Nothing ushers in the upcoming holiday season quite like brightly adorned deciduous trees. Golden yellows, scarlet reds, and oranges of unbelievable hues let us know the heat and humidity of summer are exiting and fall has arrived!
If your family is from a place where palm trees prevail then it is likely they have not seen the full potential of the glorious magic show nature puts on in autumn. In some places like Florida and Hawaii seasonal change is an anomaly. However, even if your aging loved one resides in the midst of seasonal change, taking time out to explore and enjoy fall foliage is an essential bucket list trip!
Why do the leaves change colors? Why don’t all leaves change colors? Since it has been a few decades for most of us since science class, let’s refresh our memories as to the science behind nature’s beauty. Think of the leaf as a painting. The green is the top and dominant layer of color, at the forefront during the spring and summer as the tree and its leaves soak up the sunlight. Chlorophyll is the dominant chemical in the spring and summer as it helps the tree turn sunlight into food. Green prevails until the seasons change and the days get shorter. The tree can no longer keep up with food production, the green begins to fade. The chlorophyll breaks down and the nutrients feed the tree, leaving the leaves to reveal the rainbow of colors underneath. Underneath the green of chlorophyll lies orange and yellow. The orange is carotene; the same chemical responsible for making your carrots colorful is also responsible for the lovely orange hues of certain leaves, most notably sugar maples. As the green of the long, sunny summer days fade yellow is also revealed. Yellow is derived from the chemical xanthophyll, same as what makes squash and corn yellow, and can be seen in a wide variety of trees including gingko and aspen. While the yellows and oranges already exist in the leaf and is unveiled as the chlorophyll retreats with the summer, the reds and purple hues of leaves are a lovely byproduct as the chlorophyll breaks down and produces anthocyanin. Anthocyanin produces the red and purple hues seen in such tress as red maple and dogwood.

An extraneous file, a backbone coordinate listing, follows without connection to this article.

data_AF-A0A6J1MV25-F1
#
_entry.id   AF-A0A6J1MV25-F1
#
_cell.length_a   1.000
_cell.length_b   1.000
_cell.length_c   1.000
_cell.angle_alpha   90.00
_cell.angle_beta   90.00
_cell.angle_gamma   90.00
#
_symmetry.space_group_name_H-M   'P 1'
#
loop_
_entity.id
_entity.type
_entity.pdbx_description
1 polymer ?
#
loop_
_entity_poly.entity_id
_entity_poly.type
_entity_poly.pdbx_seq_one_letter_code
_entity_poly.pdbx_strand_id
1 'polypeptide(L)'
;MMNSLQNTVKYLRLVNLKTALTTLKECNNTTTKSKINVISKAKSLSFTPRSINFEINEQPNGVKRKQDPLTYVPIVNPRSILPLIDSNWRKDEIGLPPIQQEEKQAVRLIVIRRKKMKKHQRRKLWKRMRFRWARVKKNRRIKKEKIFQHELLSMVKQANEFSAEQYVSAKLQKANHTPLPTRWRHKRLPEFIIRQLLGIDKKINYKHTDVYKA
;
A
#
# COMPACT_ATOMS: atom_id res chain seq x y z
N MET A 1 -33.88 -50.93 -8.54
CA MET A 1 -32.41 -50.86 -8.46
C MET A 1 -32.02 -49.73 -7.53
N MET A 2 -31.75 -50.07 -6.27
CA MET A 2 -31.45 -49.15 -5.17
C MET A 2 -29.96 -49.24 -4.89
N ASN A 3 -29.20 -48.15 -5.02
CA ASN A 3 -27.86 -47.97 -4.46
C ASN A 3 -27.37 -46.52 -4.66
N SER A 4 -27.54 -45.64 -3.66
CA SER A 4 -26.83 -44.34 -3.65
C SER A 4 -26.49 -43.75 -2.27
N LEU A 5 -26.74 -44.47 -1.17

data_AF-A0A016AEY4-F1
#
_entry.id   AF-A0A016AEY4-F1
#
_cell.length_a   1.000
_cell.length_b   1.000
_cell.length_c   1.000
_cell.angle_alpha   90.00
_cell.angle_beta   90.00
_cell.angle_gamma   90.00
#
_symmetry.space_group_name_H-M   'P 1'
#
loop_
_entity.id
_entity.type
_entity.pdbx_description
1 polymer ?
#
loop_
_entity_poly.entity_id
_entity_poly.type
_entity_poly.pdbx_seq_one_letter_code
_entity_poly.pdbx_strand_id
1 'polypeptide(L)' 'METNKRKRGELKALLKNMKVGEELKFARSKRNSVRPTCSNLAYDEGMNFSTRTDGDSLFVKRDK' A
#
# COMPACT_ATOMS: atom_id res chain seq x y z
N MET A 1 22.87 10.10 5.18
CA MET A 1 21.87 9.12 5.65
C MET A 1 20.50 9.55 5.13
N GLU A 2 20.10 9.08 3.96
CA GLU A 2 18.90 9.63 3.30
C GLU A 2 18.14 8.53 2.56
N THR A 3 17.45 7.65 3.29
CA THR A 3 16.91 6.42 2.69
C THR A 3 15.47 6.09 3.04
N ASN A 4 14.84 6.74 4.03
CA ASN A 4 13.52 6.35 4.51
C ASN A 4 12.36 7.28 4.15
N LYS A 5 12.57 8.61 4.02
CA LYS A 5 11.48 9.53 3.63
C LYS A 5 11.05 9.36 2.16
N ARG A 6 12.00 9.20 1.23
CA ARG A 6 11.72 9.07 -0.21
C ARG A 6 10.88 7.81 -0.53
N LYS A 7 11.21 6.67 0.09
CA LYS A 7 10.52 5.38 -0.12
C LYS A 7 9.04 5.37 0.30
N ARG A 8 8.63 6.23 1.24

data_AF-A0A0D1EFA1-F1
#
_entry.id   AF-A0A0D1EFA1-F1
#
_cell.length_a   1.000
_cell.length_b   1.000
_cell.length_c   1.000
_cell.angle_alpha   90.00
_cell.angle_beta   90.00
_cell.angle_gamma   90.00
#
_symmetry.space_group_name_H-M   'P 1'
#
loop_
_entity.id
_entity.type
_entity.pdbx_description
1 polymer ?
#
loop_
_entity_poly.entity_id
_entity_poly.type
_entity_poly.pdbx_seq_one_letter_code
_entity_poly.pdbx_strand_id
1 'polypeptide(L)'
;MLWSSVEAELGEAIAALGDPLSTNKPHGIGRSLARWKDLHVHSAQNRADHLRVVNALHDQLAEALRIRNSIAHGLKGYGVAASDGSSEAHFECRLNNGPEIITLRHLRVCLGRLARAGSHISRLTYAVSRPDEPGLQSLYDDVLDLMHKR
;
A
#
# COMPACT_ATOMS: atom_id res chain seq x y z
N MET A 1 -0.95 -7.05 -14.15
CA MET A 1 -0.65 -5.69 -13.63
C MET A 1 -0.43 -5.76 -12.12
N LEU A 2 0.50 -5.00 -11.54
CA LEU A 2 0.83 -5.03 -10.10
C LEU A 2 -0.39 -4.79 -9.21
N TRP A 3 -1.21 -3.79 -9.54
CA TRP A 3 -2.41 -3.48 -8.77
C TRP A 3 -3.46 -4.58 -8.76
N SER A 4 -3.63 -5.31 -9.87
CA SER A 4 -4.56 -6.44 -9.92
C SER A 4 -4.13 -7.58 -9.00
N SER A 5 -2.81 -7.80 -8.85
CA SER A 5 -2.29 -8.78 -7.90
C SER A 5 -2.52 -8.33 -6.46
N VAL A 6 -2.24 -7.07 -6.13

Fall is undeniably one of the best seasons. Fresh air abounds as heaters and air conditioners get a brief hiatus while you travel through some amazing landscapes to check out nature’s colors. Make certain to peep those fall foliage views while you can as the peak season is short and sweet. Location and weather dependent, peak season estimations are a big business and an invaluable resource for the tourism industry. See our favorite interactive, predictive fall foliage map covering the entire US here:
Our favorite part about a fall foliage trip is that it can be tailored for anybody and any preference. Even those with medical and/or mobility issues can be accommodated and it is relatively inexpensive depending on your preference of travel and duration.
Travel by car is highly recommended. Let your aging family member ride shotgun as you drive and concentrate on the road so they can enjoy the views. Stop as much as you’d like from a short walk through the woods to the various sugar shacks and eateries along the route. A fall foliage road trip is a great opportunity to explore locations both near and further from home.
If you live far from the changing of the seasons hop a flight directly into the vibrant hues to a variety of locations. Take some short drives and even quiet strolls around your vacation spot. Undoubtably New England is a favorite destination, yet don’t discount the Mid-West and even some charming costal locations further south than you might expect! Fall foliage viewing is such a popular pastime the changing of the colors is closely monitored, with reference points for each state so you can make the most of your trip. Yes, some states even have fall foliage hotlines!
Or perhaps a train trip is more your aging loved one’s speed. There are a variety of local and regional train offerings to catch the autumn colors. Our favorite is the Adirondack route in the glass domed train car!